i know a lot of taxidermists take photoshoots of their pelts hanging on gravestones and i’ve thought about doing that (i like taking my pelts with me) but after thinking about that i think it might be disrespectful so i avoid it at all costs and make sure i never lay my possessions on graves if i have anything with me
Which brings up an interesting set of thoughts about the different ways people respect the dead and their remains. Just desecrating the dead stone object marking the place where someone’s body lies is seen as a much worse offense than some of the things we do to nonhuman animals’ bodies. This isn’t a bad thing or a criticism of the above, just a curious difference.
In American society as a whole human remains are treated very differently than other species’, hence there being nonhuman animal meat and leather and such freely available. We’d never dare do that to humans (as a culture, anyway). We’re biased toward our species. Look at all the different ways human remains are cared for—burial with embalming, green burial, cremation, scatter or keep the ashes, burial at sea, sky burial. All these have different connotations, often even different across cultures. But they all tend toward “treat dead humans with as much perceived respect as possible”. Look at how angry people get over the desecration of deceased humans, from Hector of Troy to a modern crematorium that dumped bodies into the woods behind the building.
Contrast that with other animals. Some people will bury or cremate a beloved pet that’s died, though plenty of dead fish still end up flushed down toilets across the nation. For the most part, other nonhuman animals aren’t treated with even that much care; it’s a much more impersonal affair to deal with their remains. Eat them, wear them, let them rot in a gutter with the other dead rats.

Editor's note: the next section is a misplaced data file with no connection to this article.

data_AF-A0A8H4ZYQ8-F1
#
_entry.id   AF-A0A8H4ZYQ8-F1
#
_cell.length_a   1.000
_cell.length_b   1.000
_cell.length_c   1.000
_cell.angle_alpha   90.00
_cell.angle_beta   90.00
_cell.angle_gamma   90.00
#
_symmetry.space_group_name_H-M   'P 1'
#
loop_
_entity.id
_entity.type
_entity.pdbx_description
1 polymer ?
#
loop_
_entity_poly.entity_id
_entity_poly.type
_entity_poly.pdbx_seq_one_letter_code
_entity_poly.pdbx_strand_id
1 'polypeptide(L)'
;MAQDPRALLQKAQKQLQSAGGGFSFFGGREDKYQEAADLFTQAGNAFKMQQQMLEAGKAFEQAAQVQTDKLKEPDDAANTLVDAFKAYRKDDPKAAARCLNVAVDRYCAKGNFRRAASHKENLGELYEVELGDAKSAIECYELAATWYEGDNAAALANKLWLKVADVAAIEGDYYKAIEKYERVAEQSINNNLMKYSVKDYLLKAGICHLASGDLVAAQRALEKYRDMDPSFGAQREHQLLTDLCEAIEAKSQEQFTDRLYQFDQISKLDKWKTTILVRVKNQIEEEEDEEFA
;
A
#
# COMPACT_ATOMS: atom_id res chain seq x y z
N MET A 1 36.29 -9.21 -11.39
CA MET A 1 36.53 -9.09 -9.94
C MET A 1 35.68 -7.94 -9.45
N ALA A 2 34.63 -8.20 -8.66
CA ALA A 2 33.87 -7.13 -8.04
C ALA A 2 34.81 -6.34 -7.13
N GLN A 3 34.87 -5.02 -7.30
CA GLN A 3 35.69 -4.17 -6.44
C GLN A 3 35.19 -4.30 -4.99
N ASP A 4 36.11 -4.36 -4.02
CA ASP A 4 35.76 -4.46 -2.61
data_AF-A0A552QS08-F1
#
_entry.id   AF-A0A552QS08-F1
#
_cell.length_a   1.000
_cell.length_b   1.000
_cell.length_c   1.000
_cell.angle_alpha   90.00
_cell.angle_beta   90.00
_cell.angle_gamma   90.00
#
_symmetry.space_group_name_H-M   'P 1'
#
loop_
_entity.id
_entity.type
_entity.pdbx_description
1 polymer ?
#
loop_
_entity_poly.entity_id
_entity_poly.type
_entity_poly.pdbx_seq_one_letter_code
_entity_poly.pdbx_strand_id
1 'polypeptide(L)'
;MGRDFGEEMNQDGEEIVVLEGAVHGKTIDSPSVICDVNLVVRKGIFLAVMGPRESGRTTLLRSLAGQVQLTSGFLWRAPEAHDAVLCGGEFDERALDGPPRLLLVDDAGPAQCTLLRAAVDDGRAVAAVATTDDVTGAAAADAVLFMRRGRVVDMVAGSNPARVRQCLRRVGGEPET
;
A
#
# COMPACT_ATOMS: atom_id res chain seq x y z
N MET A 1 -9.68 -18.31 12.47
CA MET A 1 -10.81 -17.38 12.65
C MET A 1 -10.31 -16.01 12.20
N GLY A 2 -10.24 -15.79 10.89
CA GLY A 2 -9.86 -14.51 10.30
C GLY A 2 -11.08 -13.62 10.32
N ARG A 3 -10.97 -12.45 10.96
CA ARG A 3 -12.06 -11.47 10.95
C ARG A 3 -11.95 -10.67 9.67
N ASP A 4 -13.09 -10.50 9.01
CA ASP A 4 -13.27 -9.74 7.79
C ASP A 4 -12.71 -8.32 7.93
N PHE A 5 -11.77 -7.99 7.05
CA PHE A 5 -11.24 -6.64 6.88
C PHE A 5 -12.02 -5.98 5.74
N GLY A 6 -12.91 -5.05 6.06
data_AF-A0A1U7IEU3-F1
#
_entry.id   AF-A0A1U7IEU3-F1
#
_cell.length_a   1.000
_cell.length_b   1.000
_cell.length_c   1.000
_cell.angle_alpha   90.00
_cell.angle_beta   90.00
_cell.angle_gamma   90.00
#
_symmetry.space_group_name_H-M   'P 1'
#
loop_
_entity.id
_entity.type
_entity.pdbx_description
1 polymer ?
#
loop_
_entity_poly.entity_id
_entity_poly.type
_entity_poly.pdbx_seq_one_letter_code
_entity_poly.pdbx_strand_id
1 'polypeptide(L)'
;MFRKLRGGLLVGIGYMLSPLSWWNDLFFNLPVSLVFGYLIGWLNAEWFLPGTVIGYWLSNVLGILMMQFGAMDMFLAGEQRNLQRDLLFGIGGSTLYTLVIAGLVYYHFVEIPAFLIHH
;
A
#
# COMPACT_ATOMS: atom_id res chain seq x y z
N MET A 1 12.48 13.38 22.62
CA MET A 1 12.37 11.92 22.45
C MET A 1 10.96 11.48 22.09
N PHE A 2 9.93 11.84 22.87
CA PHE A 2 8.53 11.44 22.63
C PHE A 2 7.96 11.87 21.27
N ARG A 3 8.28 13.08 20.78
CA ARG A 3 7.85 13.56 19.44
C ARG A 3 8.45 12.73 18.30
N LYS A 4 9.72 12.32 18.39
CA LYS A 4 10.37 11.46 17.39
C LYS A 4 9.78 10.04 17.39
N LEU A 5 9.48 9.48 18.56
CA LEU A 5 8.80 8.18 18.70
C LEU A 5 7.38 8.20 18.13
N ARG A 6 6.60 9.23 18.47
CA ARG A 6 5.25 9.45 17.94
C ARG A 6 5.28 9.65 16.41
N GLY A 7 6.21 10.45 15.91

Taxidermy and other dead critter art is often a way to give the animals’ remains some additional respect, according to the artists, anyway. But opinions differ on that note, especially with animals that were killed only for their skins. Is it respectful to carry a pelt around, or wear a headdress into a grocery store, or wear a tail to school? Is it respectful to preserve a hide as close to lifelike as possible with taxidermy? What about ritual tools made from hide and bone that are strictly kept in sacred places?
I don’t think there’s one right answer, especially as this can be a very heated topic with people on all sides firmly convinced they’re right. Despite the ways in which we are much stricter about the treatment of our own species’ remains than those of other animals, even the disagreements there pale in comparison to the debate over nonhuman animal remains. There’s not as much of a set system in place, and there’s plenty of room for debate.
I’ve been working since the 1990s to create such a system for myself, based on my work with the animal hides and bones I’ve incorporated into art and spirituality. I’ve written about these practices extensively, and tried to make it clear what I was about. I’m not surprised I still get criticism for it, though, in part because the culture surrounding animal parts is in more flux.
Anyway, enough rambling from me. I just liked the initial vignette above, and thought it illustrated the different in how we treat the remains of our own species vs. those of others.
Alright, since I had such a good turnout for my first set of free video workshops this past weekend, I’ve got another pair queued up! This time I’ll be talking about skin spirits and working with animal parts in spirituality and art. As before, there’ll be two time slots to choose from:
Friday, January 18, 2013, 7:00pm Pacific Standard Time
Saturday, January 19, 2013, 11:00am Pacific Standard Time